Implementing a Language Selector
Before launching your translated websites on the Smartling Global Delivery Network (GDN), you need to implement a method that allows your users to access your translated sites.
To ensure your users are directed to the correct localized site, and are able to switch back to a different language, you will need to use your own preferred solution on top of the GDN.
There are multiple solutions that can be implemented either alone or in conjunction with one another to allow your users to select a language. The success of each one depends on how you are targeting your users.
- Language Selector: Allows your users to choose a language option for your website.
- Geographic Map Selector: Allows your users to pick a country and language from a world map.
- Country Selector: Allows your users to select a country from a drop-down menu.
By default, the Global Delivery Network will automatically rewrite any links from your source domain to its localized version to make sure your users are getting a consistent experience. For this reason, language selectors you create must use Smartling classes to handle their links in a manner that lets users reach their intended languages.
Translating Language Selectors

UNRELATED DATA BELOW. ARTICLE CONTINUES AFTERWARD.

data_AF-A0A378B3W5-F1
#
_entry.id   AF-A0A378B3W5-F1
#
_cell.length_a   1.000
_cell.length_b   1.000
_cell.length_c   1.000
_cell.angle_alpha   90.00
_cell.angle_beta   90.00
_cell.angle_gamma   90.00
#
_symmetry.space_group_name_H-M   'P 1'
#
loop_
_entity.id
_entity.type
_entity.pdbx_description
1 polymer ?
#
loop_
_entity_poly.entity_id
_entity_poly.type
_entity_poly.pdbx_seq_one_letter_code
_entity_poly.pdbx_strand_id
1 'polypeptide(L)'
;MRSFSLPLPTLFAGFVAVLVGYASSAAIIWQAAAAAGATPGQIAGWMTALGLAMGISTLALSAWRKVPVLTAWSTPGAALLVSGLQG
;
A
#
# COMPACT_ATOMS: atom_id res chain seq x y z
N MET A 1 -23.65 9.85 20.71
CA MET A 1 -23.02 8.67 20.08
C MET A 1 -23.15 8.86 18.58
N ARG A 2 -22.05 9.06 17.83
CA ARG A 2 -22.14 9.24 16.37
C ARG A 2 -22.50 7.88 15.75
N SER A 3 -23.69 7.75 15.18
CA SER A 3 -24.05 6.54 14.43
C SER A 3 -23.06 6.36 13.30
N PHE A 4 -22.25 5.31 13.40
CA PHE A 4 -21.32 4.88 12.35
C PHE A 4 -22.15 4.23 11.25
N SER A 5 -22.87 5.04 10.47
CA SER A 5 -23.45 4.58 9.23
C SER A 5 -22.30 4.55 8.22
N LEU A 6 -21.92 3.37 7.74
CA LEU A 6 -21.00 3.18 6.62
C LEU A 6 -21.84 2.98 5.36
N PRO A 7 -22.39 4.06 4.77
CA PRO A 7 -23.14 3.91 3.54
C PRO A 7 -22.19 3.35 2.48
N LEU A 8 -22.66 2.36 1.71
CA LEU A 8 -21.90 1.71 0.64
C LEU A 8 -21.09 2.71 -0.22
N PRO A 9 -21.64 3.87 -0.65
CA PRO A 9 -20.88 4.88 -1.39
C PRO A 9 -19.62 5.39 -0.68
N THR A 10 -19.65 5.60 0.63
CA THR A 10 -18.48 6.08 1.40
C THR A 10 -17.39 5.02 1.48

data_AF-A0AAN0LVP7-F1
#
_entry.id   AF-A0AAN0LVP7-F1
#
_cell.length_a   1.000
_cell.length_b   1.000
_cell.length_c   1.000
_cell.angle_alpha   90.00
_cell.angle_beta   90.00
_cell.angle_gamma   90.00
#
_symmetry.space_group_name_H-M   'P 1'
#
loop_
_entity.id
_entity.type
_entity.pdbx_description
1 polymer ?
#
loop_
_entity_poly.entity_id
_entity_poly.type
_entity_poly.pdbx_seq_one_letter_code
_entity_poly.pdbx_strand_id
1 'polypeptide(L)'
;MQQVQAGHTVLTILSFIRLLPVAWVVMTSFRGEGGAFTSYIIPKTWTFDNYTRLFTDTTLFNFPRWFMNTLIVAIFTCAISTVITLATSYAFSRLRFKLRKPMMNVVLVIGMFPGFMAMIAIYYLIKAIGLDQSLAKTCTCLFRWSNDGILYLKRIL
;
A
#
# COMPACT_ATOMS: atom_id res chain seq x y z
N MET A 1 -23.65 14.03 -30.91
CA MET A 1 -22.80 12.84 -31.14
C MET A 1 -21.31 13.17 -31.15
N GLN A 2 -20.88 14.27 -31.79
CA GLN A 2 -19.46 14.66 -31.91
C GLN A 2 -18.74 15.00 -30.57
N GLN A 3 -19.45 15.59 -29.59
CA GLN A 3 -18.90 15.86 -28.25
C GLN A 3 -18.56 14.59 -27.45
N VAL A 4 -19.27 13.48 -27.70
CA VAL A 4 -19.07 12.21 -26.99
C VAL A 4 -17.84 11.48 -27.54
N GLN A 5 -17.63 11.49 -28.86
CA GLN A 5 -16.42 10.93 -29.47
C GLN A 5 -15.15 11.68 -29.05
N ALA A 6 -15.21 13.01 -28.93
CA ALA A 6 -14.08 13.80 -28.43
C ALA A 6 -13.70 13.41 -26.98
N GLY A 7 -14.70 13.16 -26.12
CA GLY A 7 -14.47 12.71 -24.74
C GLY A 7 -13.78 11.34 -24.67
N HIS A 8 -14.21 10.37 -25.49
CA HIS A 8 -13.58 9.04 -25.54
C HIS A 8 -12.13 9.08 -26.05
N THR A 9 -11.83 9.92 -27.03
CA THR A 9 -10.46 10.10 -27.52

For selectors where you want to also translate language names, we recommend using our "sl_norewrite" and "notranslate" classes in your HTML elements that contain your selector:
<div class="sl_norewrite language_selector">
<li class="notranslate"><a href="https://www.yourwebsite.com">English</a></li>
In the above example, using "sl_norewrite" will prevent the automatic rewrite behavior so your links are not modified from the source, but the strings for "German", "French", and "Spanish" are ingested for translation. Note that "notranslate" can be used to prevent English from being ingested as it would stay the same.
Preventing Translation of Selectors
For selectors where you do not want to translate language names or you are using a third-party tool that automatically generates a selector with translated language names, we recommend using our Opaque class in your HTML elements that contain your selector:
<div class="sl_opaque language_selector">
In the above example, using "sl_opaque" will prevent the automatic rewrite behavior and will serve the text strings exactly as they appear on the source site.
Your browser uses headers whenever a request is made or accepted. These headers can be leveraged by your networking team to deliver a translated site based on header values with appropriate server-side code. Smartling recommends considering the following headers for this behavior:
- Accept-Language: A browser automatically sends this header as part of the request for a webpage based on the user's own language preferences.
- X-Language-Locale: The Global Delivery Network automatically sends this header with its corresponding locale as the value.
- Cookie: You can also use unique cookie values for each language to determine user language.
Forced IP or "Ghost Selector"
You have the ability to direct users to your end site depending on the IP address of your user. Similar to using a Language Header, you will need to work with your network team to configure server-side code that directs users to your localized site. However, they will also need to use IP geolocation technologies such as Maxmind to help determine where the user is actually located.